Expert Advice

Running an event? legal issues to consider

B2B Editor7 July 2016

Running an event? legal issues to consider

What a great time of the year. Olympic Games, Wimbledon, Tour de France, football codes getting closer to finals. I love major sporting events. Competing in Olympic and Common wealth Games were highlights of my “former life” as an athlete. Working as an in-house lawyer on the 2006 Commonwealth Games and the Volvo Ocean Race are highlights as a lawyer.

Events don’t just happen. There is a considerable planning and effort associated with organising an event. Potential risks need to be identified, considered and mitigated. The risk profile will vary depending on the nature of the event. That’s where a lawyer familiar with the operation of events comes in. Examples include:

Name of an Event: We have been involved in disputes over rights to the name of an event. The solution is to register trade marks to protect event branding. This also assists with other agreements, as the event organiser has a proprietary right from which it can grant licences.

Event Organiser Agreement: The law does not recognise ownership of an “event”. Rather, the law recognises ownership of a range of different rights, which together constitute an event. Where multiple parties are associated with the operation of an event, an agreement should detail who owns what rights, and how other parties can deal with those rights.

Sponsorship Agreements:
Many events would not operate without a sponsor. It is important that a sponsorship agreement clearly details the scope of the rights and obligations of each party, including any exclusive aspects.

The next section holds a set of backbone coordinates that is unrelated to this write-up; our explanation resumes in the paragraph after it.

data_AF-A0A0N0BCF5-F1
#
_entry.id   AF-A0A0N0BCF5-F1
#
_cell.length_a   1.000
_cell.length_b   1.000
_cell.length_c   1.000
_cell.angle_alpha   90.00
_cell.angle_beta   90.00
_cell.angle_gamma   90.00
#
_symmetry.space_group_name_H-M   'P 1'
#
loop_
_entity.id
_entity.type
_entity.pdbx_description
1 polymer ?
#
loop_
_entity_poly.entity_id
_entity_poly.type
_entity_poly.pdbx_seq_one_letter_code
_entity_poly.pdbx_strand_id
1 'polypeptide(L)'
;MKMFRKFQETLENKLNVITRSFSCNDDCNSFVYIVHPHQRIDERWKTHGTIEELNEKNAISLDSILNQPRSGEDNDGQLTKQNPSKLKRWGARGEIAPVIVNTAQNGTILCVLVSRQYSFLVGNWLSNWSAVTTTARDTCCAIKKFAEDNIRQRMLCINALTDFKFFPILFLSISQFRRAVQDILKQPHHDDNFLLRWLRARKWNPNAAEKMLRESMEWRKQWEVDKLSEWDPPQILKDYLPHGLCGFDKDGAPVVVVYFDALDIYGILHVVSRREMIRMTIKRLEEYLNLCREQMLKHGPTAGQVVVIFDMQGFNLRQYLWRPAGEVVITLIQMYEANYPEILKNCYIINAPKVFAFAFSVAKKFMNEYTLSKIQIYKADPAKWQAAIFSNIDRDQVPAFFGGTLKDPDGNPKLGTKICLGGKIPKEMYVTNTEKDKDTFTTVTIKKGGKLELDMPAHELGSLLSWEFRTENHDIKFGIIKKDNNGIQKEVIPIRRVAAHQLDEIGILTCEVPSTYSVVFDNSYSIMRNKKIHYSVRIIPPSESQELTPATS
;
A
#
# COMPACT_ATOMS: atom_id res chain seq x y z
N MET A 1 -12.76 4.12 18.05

Venue Hire Agreements: A venue hire agreement is critical when organising an event. For major events, this agreement often links with the sponsorship agreement in relation to signage at the venue, catering arrangements etc. Liability and indemnity positions [ie who is contractually accepting risk for use of the venue] are often heavily negotiated and should be considered in conjunction with public liability insurance.

Conditions of Entry: Conditions of entry are sometimes displayed at a venue, sometimes on a ticket, and sometimes both. They often cover liability issues and detail any prohibited conduct at a venue (such as ambush marketing activities). These need to be considered in conjunction with a venue hire agreement and obligations to sponsors.

Broadcast Agreements: These agreements are becoming increasingly important due to the changing nature of communications technology. Note, broadcasts attract their own copyright protection. Consideration needs to be given to any exclusive rights granted and whether they are platform specific.

Equipment Hire Agreements: When working on the legal team for the 2006 Commonwealth Games, we hired everything from temporary seating at venues to portable toilets (which of course could be deemed temporary seating in its own right). Issues of title / risk plus delivery / collection obligations need to be considered when hiring equipment.

ARETE Group lawyers have extensive experience in providing legal services associated with conducting events. We act for a number of event organisers around Australia. Contact us to discuss how we can assist with your legal requirements.


Shaun Creighton,Contact us on 02 6162 1639 or
E:[email protected] for a no
obligation and free of charge initial discussion

about your possible legal requirements